Well, maybe not astrology, but this article about fishing confirms that fish and wildlife respond to the cycles of the Moon:
The quest to determine the best times to hunt and fish is not a recent project. For hundreds of years people that made their living hunting and fishing recognized that there were certain times when wildlife was more abundant. The lives of most Native Americans were completely dependent on knowing the best times to hunt and fish. People who base their existence on the ocean or lakes have long understood that solar and lunar influences help determine the best times to fish.
What is generally known and almost universally accepted is that fish and game are more active at certain times of the day, most noticeably at dawn and dusk. It is also generally agreed that many game species are more active during certain phases of the moon as well as when the moon is in certain positions in the sky each day. All of these influences have an individual effect that can be observed and in some instances measured.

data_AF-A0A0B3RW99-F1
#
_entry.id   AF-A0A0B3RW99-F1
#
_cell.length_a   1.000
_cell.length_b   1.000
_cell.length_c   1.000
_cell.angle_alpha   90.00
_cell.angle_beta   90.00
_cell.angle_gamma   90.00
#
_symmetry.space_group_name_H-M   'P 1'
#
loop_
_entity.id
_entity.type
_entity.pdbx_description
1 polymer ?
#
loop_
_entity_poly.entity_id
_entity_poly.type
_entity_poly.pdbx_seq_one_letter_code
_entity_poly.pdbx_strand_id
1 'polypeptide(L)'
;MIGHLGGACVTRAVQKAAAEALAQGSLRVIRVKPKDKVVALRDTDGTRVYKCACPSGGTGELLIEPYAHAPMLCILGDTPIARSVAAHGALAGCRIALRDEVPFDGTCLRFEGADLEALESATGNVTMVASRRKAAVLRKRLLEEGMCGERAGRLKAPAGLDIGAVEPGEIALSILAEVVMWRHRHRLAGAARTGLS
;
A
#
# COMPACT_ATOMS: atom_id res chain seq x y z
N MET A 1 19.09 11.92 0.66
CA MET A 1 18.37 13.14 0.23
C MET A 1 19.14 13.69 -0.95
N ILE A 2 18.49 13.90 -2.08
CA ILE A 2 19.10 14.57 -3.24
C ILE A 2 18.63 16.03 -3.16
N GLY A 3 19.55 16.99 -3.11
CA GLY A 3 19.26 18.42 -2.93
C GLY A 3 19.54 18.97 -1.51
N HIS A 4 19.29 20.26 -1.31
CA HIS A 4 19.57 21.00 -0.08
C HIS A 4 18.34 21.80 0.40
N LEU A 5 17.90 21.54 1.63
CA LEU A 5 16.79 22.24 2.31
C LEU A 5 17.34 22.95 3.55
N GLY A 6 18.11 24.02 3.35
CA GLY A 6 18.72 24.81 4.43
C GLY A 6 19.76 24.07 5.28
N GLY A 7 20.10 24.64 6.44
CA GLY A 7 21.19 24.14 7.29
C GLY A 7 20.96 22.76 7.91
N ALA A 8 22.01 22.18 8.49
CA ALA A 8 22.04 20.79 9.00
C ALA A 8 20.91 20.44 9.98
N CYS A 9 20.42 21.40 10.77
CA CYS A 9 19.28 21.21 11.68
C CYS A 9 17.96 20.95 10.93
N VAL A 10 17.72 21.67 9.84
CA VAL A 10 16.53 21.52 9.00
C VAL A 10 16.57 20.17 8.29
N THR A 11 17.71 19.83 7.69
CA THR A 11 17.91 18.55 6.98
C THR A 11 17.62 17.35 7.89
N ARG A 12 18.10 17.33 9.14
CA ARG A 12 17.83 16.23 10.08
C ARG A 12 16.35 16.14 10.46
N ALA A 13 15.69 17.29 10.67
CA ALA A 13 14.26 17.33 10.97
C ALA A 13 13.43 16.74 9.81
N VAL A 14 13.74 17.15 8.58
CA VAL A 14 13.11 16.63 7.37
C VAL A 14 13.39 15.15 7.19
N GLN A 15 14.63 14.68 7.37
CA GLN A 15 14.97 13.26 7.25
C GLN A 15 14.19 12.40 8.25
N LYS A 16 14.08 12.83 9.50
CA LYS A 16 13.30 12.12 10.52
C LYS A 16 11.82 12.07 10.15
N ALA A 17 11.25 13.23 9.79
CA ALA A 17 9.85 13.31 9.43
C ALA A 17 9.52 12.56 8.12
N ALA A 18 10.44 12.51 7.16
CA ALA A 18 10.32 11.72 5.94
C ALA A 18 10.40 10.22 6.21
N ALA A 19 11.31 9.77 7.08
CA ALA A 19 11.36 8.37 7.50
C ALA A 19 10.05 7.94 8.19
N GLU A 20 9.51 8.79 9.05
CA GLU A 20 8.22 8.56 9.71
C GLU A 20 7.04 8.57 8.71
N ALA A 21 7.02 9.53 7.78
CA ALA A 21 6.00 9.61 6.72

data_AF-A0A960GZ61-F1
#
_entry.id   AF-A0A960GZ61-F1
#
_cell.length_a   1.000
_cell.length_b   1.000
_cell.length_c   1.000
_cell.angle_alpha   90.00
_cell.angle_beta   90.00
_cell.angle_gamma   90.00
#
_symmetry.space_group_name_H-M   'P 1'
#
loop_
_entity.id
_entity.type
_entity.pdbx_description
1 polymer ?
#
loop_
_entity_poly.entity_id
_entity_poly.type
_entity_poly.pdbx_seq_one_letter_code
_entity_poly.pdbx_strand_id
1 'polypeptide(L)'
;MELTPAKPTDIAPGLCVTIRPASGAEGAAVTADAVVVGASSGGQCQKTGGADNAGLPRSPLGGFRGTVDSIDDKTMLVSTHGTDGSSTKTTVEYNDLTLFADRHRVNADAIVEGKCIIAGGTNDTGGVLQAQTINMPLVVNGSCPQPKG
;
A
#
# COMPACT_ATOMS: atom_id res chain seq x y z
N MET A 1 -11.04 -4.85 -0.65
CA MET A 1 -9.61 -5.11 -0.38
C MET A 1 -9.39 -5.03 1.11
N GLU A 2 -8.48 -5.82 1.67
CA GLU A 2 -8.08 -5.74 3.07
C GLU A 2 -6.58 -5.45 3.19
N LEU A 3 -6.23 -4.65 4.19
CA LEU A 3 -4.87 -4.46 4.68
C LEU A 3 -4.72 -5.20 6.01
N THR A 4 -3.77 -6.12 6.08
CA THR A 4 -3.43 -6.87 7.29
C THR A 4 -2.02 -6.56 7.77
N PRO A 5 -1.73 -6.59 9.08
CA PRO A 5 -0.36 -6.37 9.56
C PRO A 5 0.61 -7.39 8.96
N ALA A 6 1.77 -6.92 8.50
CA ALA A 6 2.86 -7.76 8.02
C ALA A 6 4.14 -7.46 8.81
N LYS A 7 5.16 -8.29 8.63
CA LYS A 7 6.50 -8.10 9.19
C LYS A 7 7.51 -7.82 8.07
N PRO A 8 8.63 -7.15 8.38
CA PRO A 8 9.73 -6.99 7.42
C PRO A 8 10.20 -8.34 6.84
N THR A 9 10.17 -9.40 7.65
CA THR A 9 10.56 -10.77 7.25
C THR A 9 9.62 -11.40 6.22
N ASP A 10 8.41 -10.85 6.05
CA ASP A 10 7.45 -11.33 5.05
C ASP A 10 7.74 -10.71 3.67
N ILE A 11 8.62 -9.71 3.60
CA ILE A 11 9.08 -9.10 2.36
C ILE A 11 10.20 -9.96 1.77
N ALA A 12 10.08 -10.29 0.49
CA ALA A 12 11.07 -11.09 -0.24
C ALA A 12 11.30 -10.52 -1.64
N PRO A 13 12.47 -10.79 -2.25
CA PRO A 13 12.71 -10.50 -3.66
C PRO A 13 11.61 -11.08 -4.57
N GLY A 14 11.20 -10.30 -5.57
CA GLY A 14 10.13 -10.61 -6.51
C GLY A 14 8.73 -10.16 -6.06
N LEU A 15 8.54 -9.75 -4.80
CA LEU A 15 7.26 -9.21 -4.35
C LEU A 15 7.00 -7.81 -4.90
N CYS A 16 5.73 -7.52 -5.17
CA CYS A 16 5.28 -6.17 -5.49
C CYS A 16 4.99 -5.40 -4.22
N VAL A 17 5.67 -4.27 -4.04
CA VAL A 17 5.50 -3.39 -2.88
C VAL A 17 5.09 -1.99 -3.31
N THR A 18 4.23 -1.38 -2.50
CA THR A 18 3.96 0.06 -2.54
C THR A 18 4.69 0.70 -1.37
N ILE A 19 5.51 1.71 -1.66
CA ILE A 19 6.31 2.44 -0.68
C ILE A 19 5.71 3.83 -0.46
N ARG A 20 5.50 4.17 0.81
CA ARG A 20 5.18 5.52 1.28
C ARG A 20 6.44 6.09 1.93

Much of the early research and understanding of solar and lunar influences was pioneered by John Alden Knight. In 1926 Knight began his studies of various influences that affect wildlife activity. This research resulted in his publication of tables that illustrated periods in each day of major activity and minor activity. To substantiate his research and theory, Knight analyzed data for over 200 record catches of fish. His analysis concluded that 90% of the catches were made while in the effect of the new moon and while in a “solunar period”.
Read more here… A “solunar period” takes into account the position of the Sun in the sky and its relation to the Moon, as well as the lunar phases (which, by the way, are defined by the relationship between the Sun and the Moon at any given time).
A little googling results in a cottage industry of solunar tables as an aid to fishermen and hunters. Knight’s research was confirmed by Dr. Frank A. Brown in 1954 in the famous oyster experiment that astrologers like to use as an example of the effect of celestial forces on the natural world. In this experiment, oysters were flown from the coast to Dr. Brown’s lab in Chicago and after a few days of confusion, began opening and closing in accordance with the lunar phases present in Chicago rather than their home on the coast.
If lunar phases can influence wildlife and fish, then from a scientific perspective there can be no doubt that these same phases can influence human behavior.